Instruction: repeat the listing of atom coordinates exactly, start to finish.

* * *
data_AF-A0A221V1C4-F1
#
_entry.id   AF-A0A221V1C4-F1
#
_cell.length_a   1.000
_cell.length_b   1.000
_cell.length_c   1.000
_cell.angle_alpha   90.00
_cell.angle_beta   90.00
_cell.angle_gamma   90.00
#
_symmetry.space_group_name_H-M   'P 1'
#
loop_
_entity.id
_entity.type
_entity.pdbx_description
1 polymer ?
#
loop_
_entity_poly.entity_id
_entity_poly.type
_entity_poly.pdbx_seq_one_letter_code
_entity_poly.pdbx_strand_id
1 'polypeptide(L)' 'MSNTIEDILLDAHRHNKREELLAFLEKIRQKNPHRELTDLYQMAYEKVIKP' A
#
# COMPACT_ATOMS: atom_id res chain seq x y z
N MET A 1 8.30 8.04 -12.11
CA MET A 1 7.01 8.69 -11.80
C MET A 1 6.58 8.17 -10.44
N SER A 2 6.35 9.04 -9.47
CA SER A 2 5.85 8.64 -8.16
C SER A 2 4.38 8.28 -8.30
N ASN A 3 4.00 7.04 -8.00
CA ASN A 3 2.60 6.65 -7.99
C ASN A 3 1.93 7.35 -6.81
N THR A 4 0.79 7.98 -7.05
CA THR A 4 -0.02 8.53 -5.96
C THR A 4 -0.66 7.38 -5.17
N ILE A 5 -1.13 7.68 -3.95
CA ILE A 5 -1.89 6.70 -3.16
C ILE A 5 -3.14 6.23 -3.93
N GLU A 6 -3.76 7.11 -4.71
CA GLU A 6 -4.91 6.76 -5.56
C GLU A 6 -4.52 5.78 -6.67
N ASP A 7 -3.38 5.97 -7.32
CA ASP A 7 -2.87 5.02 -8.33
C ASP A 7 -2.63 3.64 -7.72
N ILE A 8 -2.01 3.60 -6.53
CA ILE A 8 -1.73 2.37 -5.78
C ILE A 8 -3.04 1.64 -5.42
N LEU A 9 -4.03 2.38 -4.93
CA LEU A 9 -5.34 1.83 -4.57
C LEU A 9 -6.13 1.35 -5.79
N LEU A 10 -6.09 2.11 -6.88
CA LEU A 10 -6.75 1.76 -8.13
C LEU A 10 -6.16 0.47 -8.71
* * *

data_AF-A0A221V1C4-F1
#
_entry.id   AF-A0A221V1C4-F1
#
_cell.length_a   1.000
_cell.length_b   1.000
_cell.length_c   1.000
_cell.angle_alpha   90.00
_cell.angle_beta   90.00
_cell.angle_gamma   90.00
#
_symmetry.space_group_name_H-M   'P 1'
#
loop_
_entity.id
_entity.type
_entity.pdbx_description
1 polymer ?
#
loop_
_entity_poly.entity_id
_entity_poly.type
_entity_poly.pdbx_seq_one_letter_code
_entity_poly.pdbx_strand_id
1 'polypeptide(L)' 'MSNTIEDILLDAHRHNKREELLAFLEKIRQKNPHRELTDLYQMAYEKVIKP' A
#
# COMPACT_ATOMS: atom_id res chain seq x y z
N MET A 1 8.30 8.04 -12.11
CA MET A 1 7.01 8.69 -11.80
C MET A 1 6.58 8.17 -10.44
N SER A 2 6.35 9.04 -9.47
CA SER A 2 5.85 8.64 -8.16
C SER A 2 4.38 8.28 -8.30
N ASN A 3 4.00 7.04 -8.00
CA ASN A 3 2.60 6.65 -7.99
C ASN A 3 1.93 7.35 -6.81
N THR A 4 0.79 7.98 -7.05
CA THR A 4 -0.02 8.53 -5.96
C THR A 4 -0.66 7.38 -5.17
N ILE A 5 -1.13 7.68 -3.95
CA ILE A 5 -1.89 6.70 -3.16
C ILE A 5 -3.14 6.23 -3.93
N GLU A 6 -3.76 7.11 -4.71
CA GLU A 6 -4.91 6.76 -5.56
C GLU A 6 -4.52 5.78 -6.67
N ASP A 7 -3.38 5.97 -7.32
CA ASP A 7 -2.87 5.02 -8.33
C ASP A 7 -2.63 3.64 -7.72
N ILE A 8 -2.01 3.60 -6.53
CA ILE A 8 -1.73 2.37 -5.78
C ILE A 8 -3.04 1.64 -5.42
N LEU A 9 -4.03 2.38 -4.93
CA LEU A 9 -5.34 1.83 -4.57
C LEU A 9 -6.13 1.35 -5.79
N LEU A 10 -6.09 2.11 -6.88
CA LEU A 10 -6.75 1.76 -8.13
C LEU A 10 -6.16 0.47 -8.71